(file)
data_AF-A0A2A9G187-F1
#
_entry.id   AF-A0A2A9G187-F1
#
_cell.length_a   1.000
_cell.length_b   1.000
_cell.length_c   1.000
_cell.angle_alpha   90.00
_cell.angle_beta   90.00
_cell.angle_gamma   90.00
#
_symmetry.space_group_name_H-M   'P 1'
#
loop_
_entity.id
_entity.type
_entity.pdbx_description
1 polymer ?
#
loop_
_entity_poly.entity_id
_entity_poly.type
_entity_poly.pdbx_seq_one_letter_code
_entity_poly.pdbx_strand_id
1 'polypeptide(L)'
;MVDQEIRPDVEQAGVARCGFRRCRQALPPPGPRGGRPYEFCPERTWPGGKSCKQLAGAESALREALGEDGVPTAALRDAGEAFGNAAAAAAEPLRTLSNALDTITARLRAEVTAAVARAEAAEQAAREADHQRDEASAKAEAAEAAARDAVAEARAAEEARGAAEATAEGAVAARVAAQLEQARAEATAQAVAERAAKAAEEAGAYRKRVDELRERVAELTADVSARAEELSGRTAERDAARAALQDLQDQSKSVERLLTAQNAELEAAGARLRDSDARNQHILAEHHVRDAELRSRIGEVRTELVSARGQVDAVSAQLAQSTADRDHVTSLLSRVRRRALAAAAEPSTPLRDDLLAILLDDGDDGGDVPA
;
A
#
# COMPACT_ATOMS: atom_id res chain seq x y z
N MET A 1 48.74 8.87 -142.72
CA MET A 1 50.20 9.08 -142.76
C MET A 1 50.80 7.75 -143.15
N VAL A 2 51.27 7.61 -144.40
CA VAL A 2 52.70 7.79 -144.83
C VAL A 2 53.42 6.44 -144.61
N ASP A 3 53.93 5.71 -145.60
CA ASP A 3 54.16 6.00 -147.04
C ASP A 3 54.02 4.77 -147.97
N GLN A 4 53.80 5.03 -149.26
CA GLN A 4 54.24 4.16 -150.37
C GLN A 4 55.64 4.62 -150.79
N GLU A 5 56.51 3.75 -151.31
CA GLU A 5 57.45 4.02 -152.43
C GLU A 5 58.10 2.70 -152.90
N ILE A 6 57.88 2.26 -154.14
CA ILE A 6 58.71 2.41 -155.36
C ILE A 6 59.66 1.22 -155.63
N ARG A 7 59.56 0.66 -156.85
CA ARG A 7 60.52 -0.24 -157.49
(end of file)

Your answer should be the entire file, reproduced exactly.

data_AF-A0A2A9G187-F1
#
_entry.id   AF-A0A2A9G187-F1
#
_cell.length_a   1.000
_cell.length_b   1.000
_cell.length_c   1.000
_cell.angle_alpha   90.00
_cell.angle_beta   90.00
_cell.angle_gamma   90.00
#
_symmetry.space_group_name_H-M   'P 1'
#
loop_
_entity.id
_entity.type
_entity.pdbx_description
1 polymer ?
#
loop_
_entity_poly.entity_id
_entity_poly.type
_entity_poly.pdbx_seq_one_letter_code
_entity_poly.pdbx_strand_id
1 'polypeptide(L)'
;MVDQEIRPDVEQAGVARCGFRRCRQALPPPGPRGGRPYEFCPERTWPGGKSCKQLAGAESALREALGEDGVPTAALRDAGEAFGNAAAAAAEPLRTLSNALDTITARLRAEVTAAVARAEAAEQAAREADHQRDEASAKAEAAEAAARDAVAEARAAEEARGAAEATAEGAVAARVAAQLEQARAEATAQAVAERAAKAAEEAGAYRKRVDELRERVAELTADVSARAEELSGRTAERDAARAALQDLQDQSKSVERLLTAQNAELEAAGARLRDSDARNQHILAEHHVRDAELRSRIGEVRTELVSARGQVDAVSAQLAQSTADRDHVTSLLSRVRRRALAAAAEPSTPLRDDLLAILLDDGDDGGDVPA
;
A
#
# COMPACT_ATOMS: atom_id res chain seq x y z
N MET A 1 48.74 8.87 -142.72
CA MET A 1 50.20 9.08 -142.76
C MET A 1 50.80 7.75 -143.15
N VAL A 2 51.27 7.61 -144.40
CA VAL A 2 52.70 7.79 -144.83
C VAL A 2 53.42 6.44 -144.61
N ASP A 3 53.93 5.71 -145.60
CA ASP A 3 54.16 6.00 -147.04
C ASP A 3 54.02 4.77 -147.97
N GLN A 4 53.80 5.03 -149.26
CA GLN A 4 54.24 4.16 -150.37
C GLN A 4 55.64 4.62 -150.79
N GLU A 5 56.51 3.75 -151.31
CA GLU A 5 57.45 4.02 -152.43
C GLU A 5 58.10 2.70 -152.90
N ILE A 6 57.88 2.26 -154.14
CA ILE A 6 58.71 2.41 -155.36
C ILE A 6 59.66 1.22 -155.63
N ARG A 7 59.56 0.66 -156.85
CA ARG A 7 60.52 -0.24 -157.49